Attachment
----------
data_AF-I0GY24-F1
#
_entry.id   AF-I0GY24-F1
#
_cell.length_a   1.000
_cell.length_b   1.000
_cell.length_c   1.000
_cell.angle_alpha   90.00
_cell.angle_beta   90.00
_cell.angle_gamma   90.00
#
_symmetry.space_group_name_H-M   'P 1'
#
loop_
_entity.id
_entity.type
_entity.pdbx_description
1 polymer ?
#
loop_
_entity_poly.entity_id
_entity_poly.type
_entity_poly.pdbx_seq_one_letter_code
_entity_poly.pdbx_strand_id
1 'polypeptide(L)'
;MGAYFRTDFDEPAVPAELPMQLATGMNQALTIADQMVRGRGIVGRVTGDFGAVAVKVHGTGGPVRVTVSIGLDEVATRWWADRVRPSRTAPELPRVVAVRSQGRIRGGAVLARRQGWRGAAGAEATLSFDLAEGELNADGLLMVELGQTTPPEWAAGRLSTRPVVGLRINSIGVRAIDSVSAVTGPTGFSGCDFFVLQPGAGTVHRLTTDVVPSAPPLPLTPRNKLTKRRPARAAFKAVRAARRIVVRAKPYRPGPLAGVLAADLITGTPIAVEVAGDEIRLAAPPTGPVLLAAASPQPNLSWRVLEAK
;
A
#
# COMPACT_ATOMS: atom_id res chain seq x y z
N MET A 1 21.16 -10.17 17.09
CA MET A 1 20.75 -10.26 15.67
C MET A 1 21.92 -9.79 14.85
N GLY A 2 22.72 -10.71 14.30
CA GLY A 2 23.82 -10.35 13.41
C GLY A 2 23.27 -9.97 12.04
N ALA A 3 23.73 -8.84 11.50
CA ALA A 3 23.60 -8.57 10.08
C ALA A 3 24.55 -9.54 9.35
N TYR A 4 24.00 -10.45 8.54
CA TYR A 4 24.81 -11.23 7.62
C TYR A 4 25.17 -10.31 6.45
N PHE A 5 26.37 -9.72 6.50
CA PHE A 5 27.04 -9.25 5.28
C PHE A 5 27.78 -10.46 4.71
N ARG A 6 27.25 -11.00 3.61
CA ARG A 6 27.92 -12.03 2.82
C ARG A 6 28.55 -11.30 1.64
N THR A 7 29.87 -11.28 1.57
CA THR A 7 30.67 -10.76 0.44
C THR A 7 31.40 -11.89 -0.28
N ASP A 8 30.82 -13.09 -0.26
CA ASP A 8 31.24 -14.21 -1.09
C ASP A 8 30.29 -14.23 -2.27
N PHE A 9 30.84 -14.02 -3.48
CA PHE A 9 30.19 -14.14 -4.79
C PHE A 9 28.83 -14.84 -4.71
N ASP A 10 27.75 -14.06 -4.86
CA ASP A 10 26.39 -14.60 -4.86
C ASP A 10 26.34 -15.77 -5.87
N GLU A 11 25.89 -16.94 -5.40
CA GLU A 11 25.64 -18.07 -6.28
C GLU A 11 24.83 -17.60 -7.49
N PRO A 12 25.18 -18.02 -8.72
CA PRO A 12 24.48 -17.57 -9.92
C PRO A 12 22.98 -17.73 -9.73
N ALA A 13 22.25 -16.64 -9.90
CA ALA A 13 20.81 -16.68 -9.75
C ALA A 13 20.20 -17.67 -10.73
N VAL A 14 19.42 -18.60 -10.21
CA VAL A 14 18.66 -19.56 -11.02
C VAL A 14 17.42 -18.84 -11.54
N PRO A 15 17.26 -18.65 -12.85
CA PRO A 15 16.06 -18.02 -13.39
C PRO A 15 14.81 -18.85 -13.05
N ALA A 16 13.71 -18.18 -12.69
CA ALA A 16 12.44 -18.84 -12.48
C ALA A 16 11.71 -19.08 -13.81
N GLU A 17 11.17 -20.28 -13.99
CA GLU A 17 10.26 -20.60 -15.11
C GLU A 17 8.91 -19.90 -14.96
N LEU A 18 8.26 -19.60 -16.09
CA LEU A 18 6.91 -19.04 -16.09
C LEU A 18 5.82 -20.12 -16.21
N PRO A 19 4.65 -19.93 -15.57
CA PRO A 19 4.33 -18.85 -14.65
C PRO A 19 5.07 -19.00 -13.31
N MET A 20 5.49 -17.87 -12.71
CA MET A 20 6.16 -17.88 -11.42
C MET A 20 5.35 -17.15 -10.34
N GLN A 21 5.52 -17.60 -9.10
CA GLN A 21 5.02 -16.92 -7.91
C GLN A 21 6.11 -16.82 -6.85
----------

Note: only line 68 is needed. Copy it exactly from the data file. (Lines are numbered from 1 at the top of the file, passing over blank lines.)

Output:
CA ALA A 13 20.81 -16.68 -9.75